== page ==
Guzzler Hotline Up and Running

Artificial water developments, or guzzlers as they’re commonly called, literally blanket Nevada. And with almost 1,600 guzzlers statewide to keep track of, the Nevada Department of Wildlife (NDOW) needs all the help it can get to properly maintain these devices that are critical to the survival of the state’s wildlife. Now with the creation of the NDOW guzzler maintenance hotline at (775) 688-1537, Nevada sportsmen can lend a hand by reporting any guzzler problems they see while afield.

So what exactly is a guzzler? Guzzlers are metal structures built in suitable wildlife habitats to provide an additional source of water for all types of wildlife. The structure collects snowmelt and rainwater and stores it in tanks, which then feed the water to a drinker that can be accessed by wildlife. Nevada’s 332 large guzzlers, designed for big game like deer, bighorn sheep and antelope have a 3,600 gallon capacity, while 1,232 small guzzlers, favored by upland game like chukar, sage grouse and rabbits have a 325 gallon capacity.

The survival of Nevada’s wildlife is partially dependant on their adaptability to the state’s arid conditions and the ability to find water sources, ranging from natural springs or puddles to raindrops on leaves and dew on grass. Lack of water can sometimes lead wildlife to turn away from quality Nevada habitats that would otherwise suit their needs. Guzzlers allow Nevada’s wildlife to take advantage of this otherwise suitable habitat.

The idea for the guzzler hotline is the result of suggestions by concerned citizens who wanted an easier way to report guzzler issues to NDOW, according to John Gebhardt, wildlife staff biologist in charge of the guzzler program. “Before the hotline, anyone wanting to report issues with a guzzler could fill out a guzzler maintenance form found on the agency website at www.ndow.org,” said Gebhardt. “But we heard comments that the form was hard to find or that some didn’t understand the form’s purpose. So we created the hotline as a simple, more convenient method to report problems.”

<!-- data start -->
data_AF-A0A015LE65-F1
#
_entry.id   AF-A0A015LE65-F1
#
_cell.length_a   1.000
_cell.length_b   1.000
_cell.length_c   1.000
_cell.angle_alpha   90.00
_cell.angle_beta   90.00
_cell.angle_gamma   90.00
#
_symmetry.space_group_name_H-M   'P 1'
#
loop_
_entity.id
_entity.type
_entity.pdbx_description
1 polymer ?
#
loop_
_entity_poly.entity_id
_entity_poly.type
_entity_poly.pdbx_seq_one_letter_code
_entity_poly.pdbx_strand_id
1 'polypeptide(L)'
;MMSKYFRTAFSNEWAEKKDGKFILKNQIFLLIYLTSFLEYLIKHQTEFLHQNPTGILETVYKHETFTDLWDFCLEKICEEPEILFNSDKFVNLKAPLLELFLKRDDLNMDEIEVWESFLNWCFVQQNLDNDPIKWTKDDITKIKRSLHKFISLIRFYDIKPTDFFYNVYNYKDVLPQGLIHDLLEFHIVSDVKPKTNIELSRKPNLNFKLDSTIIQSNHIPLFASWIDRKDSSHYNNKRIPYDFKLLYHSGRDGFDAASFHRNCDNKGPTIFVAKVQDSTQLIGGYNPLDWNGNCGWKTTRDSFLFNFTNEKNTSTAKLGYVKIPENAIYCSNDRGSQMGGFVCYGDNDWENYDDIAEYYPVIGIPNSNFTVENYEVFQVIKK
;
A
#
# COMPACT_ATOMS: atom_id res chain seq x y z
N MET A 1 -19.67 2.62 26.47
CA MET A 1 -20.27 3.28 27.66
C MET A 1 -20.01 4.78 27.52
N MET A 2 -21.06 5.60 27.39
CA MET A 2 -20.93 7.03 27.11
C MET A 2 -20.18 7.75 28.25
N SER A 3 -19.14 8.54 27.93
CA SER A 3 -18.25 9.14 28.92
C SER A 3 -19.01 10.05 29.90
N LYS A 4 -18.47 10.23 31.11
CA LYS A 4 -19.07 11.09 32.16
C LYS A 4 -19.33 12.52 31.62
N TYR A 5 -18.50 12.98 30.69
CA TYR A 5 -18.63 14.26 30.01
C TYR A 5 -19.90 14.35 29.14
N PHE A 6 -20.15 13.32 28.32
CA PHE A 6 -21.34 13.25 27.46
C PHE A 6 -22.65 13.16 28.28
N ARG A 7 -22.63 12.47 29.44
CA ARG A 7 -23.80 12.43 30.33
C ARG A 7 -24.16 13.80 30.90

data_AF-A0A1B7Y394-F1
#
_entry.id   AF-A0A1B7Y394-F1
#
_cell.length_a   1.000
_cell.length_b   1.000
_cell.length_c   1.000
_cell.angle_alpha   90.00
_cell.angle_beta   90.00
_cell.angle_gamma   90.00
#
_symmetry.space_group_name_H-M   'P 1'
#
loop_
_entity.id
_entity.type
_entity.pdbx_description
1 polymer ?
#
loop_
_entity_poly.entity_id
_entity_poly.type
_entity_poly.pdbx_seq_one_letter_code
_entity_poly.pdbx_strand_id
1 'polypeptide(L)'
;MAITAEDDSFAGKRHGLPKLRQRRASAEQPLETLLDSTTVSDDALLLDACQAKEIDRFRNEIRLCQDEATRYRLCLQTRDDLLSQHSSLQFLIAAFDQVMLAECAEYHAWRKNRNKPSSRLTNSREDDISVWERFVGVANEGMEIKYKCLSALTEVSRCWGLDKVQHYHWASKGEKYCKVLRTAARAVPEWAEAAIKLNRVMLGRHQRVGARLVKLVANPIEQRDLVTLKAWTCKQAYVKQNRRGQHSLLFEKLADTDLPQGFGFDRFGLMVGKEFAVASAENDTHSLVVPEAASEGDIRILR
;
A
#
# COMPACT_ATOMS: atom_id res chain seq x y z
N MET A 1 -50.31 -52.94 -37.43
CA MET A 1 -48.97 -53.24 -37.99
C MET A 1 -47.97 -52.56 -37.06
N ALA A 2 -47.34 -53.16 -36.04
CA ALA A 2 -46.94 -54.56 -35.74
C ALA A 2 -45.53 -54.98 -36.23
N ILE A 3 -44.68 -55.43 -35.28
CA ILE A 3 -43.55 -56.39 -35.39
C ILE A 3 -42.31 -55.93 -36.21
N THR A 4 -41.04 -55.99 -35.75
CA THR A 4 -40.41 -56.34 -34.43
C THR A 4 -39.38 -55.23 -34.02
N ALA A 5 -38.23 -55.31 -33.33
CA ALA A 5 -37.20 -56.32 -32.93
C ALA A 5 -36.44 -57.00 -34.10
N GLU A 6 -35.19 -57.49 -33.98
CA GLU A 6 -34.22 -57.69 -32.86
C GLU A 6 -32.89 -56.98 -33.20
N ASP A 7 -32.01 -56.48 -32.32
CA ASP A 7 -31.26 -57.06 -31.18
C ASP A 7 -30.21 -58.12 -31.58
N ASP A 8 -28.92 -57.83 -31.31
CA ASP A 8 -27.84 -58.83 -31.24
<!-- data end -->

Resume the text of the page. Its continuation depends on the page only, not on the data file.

And while Gebhardt says maintenance related issues such as vandalism, holes in storage tanks, piping leaks and broken drinkers are among the reasons for most calls, he welcomes other information as well. “In addition to damage reports we’re also interested in wildlife usage, water quality and quantity in the storage tanks, condition of vegetation in the vicinity and any other observations folks may have noted during their visit. We ask they provide us with the date and time of the visit, name of the guzzler if a sign is present, location – with GPS coordinates if possible – and as many other details as they can provide,” explained Gebhardt. “There are a lot of sportsman’s dollars invested in these water developments and it is much easier and more cost effective to maintain existing guzzlers than build new ones. Now with the hotline the public can help NDOW make the most of that investment.”

The Nevada Department of Wildlife (NDOW) protects, restores and manages fish and wildlife, promotes fishing, hunting, and boating safety. NDOW’s wildlife and habitat conservation efforts are primarily funded by sportsmen’s license and conservation fees and a federal surcharge on hunting and fishing gear. Support wildlife and habitat conservation in Nevada by purchasing a hunting, fishing, or combination license. For more information, visit www.ndow.org.


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